Luego de cada viajecillo, guardaba pedacito de conocimiento sobre la especie humana y sobre cómo nos hablamos entre nosotros. 

Muchos de los que nos recogían jamás habían llevado a mochileros antes, y nos informaban de esto con un tono nervioso en la voz. Nunca supe cómo les afectó su experiencia con nosotras después de separarnos. El mochileo es un impresionante intercambio entre extraños donde no hay una recompensa o servicio recíproco. A mí se sacaron de una gasolinera perdida en la autopista a cambio de mi mera presencia de un hasta entonces aburrido o solitario viaje. Más allá de eso, éramos libres de interpretar la experiencia como quisiéramos. Luego de cada viajecillo, guardaba un pedacito de conocimiento sobre la especie humana y sobre cómo nos hablamos entre nosotros. Mientras más personas conozco, más formas de hablar descubro. Esto es información crucial para la estudiante de política global que yo soy, porque generalmente, los políticos no son muy buenos en para hablarse entre ellos. La empatía es rechazada en favor de etiquetas polarizadoras y le generosidad es olvidada en favor de un egoísmo ciego.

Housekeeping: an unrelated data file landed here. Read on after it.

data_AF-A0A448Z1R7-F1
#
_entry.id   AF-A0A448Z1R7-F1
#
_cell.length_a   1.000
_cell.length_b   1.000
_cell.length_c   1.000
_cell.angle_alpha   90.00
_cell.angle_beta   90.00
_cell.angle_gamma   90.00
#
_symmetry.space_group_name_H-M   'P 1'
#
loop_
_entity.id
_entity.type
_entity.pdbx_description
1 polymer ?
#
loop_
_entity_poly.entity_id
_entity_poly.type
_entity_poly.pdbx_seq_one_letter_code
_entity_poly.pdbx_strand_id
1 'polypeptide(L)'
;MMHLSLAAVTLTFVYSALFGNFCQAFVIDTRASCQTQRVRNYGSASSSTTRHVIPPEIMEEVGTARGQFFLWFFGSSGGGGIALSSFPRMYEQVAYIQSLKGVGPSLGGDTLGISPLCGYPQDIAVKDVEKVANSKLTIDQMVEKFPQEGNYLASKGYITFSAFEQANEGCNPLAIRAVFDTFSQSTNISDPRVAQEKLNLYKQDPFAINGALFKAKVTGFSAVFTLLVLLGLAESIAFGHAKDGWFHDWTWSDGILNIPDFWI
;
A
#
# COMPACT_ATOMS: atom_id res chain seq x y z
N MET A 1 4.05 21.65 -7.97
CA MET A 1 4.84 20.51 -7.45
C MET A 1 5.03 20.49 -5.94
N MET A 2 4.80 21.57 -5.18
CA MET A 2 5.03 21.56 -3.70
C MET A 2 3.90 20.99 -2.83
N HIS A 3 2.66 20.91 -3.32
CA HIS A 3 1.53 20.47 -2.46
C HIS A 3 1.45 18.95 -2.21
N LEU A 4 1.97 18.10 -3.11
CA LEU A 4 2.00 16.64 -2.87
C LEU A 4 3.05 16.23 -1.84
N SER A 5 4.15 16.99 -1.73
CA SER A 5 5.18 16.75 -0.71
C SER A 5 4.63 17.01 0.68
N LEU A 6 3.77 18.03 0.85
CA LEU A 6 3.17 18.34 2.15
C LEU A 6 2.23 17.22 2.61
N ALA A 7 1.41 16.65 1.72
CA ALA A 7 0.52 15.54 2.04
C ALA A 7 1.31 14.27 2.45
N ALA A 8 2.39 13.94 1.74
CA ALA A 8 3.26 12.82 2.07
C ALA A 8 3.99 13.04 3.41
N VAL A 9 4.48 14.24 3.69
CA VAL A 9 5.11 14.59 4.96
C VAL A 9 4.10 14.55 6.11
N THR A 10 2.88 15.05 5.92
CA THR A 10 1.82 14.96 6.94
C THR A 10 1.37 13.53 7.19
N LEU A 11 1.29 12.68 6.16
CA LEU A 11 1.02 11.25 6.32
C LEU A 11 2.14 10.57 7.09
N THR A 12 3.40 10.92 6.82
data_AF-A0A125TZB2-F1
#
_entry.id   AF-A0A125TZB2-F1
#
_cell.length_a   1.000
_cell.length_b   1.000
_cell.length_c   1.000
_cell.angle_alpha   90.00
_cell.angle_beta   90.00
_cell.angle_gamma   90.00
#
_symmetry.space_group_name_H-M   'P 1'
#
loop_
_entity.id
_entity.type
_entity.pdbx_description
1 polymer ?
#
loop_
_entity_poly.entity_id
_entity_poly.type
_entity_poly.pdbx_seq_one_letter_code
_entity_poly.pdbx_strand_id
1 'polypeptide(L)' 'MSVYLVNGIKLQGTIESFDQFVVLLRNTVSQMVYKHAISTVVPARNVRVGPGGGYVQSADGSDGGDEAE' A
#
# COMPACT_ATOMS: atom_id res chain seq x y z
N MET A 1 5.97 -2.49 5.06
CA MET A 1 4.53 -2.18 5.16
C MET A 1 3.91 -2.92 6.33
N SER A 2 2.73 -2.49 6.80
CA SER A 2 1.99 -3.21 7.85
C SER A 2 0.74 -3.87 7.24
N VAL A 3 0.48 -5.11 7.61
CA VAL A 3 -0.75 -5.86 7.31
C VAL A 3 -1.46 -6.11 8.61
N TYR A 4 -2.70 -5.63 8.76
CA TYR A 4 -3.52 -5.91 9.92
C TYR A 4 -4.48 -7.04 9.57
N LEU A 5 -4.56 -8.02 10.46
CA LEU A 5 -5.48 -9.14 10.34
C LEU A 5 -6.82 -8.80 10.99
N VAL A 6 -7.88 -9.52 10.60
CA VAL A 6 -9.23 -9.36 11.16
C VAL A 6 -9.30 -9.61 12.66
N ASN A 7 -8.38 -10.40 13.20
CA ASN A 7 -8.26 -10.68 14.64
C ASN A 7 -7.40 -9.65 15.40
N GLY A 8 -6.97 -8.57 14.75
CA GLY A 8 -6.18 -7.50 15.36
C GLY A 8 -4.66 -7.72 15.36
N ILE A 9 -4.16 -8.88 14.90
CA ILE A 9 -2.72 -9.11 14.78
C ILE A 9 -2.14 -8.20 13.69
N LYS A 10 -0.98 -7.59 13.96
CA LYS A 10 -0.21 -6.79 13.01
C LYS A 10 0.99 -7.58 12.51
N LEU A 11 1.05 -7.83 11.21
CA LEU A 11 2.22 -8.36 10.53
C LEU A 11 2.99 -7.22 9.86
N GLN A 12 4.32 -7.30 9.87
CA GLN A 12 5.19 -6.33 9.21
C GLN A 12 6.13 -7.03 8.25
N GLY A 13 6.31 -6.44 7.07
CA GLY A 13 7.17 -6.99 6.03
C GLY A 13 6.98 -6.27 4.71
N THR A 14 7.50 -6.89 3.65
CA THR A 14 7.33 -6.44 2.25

Viendo como el amanecer derramaba vida sobre un nuevo día mientras avanzaba dentro del camión de algún extraño, recordaba estas virtudes y me llenaba de un impactante amor por ellas. Entomces, reconocía el suspiro de los demás mientras florecía la mañana – era igual al mío. Bendita sea la generosidad, gracias a Dios por la empatía. Dejen que los políticos se sienten por horas en la carretera y que salten de alegría cuando un Hippie de izquierda o un campesino de derecha les ofrezca un asiento de pasajero.


How does this story make you feel?

Follow us on Social Media

Talk about this Story

Please enable cookies to view the comments powered by Disqus.

Subscribe to our Monthly Newsletter

Stay up to date with new stories on Correspondents of the World by subscribing to our monthly newsletter:

* indicates required

Caoimhe Ní Shúilleabháin

Caoimhe Ní Shúilleabháin